Sunday, February 3, 2013

Where The Customer Always Comes Last

This article is about the so-called "wildcat" strike described by Laura Gottesdiener in the current issue of Socialist Viewpoint. The immigrant (Mexican) staff won union representation at a New York City bakery called Hot & Crusty.

The villains include a venture capital firm (worth $700 million, but no context given), and the managing partner, a white South African (must be a really evil guy) who lived around the corner from the shop. Then there's a part for the restaurant's landlord.

The hero is an illegal Mexican immigrant by the name of Mahoma Lopez (photo here). Mr. Lopez reports that the workers were regularly mistreated--wages withheld, subjected to verbal abuse, and in general not employed in compliance with labor laws. Given that the employees were mostly illegal immigrants, this may very well be true.

So Mr. Lopez organized a campaign for higher wages and working conditions, with help from the National Labor Relations Board. The employees won back pay, but the response of the owners was simply to shut the store down. The workers staged a sit-in and gave away free food. At this point the landlord got involved--the owners hadn't paid the rent, and the workers hadn't vacated the premises.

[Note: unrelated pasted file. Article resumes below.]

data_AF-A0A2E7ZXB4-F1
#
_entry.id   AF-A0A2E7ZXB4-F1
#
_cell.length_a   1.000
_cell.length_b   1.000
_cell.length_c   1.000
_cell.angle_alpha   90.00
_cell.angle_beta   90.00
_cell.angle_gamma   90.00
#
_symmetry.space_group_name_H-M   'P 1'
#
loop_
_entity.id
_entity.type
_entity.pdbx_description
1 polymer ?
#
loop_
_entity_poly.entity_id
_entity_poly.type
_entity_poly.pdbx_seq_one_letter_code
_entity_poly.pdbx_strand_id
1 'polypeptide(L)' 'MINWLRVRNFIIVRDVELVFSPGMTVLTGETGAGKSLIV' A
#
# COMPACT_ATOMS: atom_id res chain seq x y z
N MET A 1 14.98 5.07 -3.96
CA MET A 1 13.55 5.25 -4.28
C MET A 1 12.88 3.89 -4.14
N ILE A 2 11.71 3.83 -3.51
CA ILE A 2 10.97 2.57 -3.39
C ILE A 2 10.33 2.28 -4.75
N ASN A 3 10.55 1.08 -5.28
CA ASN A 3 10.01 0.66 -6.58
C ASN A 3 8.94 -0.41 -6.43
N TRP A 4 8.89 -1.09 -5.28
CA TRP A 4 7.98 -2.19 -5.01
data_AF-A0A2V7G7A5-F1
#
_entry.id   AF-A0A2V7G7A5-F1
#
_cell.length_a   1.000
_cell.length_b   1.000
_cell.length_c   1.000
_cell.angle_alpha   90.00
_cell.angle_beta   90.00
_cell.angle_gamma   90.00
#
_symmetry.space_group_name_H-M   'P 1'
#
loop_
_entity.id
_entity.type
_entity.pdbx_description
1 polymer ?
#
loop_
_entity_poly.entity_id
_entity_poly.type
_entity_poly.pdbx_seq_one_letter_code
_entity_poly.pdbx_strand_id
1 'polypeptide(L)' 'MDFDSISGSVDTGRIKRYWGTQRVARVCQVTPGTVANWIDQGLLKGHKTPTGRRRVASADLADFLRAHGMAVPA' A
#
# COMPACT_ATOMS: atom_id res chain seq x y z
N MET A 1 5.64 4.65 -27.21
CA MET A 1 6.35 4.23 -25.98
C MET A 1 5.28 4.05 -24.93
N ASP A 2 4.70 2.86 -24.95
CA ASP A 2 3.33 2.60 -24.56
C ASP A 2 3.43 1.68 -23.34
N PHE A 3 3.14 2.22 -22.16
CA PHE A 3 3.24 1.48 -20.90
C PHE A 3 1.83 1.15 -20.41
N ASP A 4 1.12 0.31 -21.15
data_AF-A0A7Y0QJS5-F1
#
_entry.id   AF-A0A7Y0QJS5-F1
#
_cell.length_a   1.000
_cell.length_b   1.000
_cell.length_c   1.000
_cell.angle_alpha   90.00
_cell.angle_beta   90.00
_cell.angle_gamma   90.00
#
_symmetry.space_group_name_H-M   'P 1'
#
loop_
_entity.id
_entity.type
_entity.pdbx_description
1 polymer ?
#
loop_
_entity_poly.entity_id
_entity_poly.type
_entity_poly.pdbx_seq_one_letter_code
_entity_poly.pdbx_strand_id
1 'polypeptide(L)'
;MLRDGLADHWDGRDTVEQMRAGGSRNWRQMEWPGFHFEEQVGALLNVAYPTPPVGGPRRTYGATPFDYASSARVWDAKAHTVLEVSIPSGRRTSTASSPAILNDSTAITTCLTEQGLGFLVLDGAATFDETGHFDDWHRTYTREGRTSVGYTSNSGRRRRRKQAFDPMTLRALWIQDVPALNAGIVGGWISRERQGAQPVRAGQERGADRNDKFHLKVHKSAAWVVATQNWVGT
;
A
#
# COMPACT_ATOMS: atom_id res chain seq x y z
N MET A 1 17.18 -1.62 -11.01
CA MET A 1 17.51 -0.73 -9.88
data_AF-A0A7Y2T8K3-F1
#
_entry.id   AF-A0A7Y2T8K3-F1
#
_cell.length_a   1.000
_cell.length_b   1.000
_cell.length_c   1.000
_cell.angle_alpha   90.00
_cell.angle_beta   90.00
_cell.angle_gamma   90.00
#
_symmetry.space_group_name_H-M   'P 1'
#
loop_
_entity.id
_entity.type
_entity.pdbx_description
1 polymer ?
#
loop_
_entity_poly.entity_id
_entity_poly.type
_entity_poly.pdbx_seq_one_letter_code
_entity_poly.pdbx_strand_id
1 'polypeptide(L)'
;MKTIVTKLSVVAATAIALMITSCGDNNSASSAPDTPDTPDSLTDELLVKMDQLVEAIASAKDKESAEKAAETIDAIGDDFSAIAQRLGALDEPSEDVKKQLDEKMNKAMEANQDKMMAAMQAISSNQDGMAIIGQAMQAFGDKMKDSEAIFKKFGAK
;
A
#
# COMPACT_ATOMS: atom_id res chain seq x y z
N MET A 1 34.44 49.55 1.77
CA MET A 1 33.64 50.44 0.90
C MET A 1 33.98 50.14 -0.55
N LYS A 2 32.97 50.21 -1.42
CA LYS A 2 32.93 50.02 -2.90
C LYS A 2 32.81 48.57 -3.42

The landlord had another tenant in the wings--a non-union firm unacceptable to the workers. And at this point things get murky. Some new investor materializes, recognizes the union and grants the workers much higher wages, sick pay, and grievance and arbitration procedures. More, there is now a union hiring hall--the union gets to decide who gets hired--not management.

So apparently Hot & Crusty is back in business in the same location under new rules: free unicorns for everybody. Everybody, that is, except for the customers, who presumably have to pay considerably more for their pastries, to be served by people hired by the union. This clearly isn't going to work long term.

So one wonders what persuaded management to go along with this scheme? The article doesn't say, and I have no other information. But somehow I suspect gangland style threats made against the landlord--the employees in the picture are burly guys instead of the dainty ladies in most fast-food establishments. There may be other explanations, but I can't think of one.

This is particularly ironic since Gottesdiener's article first appeared on a website called Waging Nonviolence. I have to think that the folks who run that website, along with my friends at Socialist Viewpoint, are useful idiots.


  1. How do you know the new owners aren't just making less profit instead of raising their prices?

  2. The margin in the restaurant business is pretty small. And the market in New York City is very competitive. Restaurant prices there are very, very cheap! The owners couldn't raise prices by more than a few percent, and then there'd be no reason for them to stay in the business at all. Why work that hard for no money?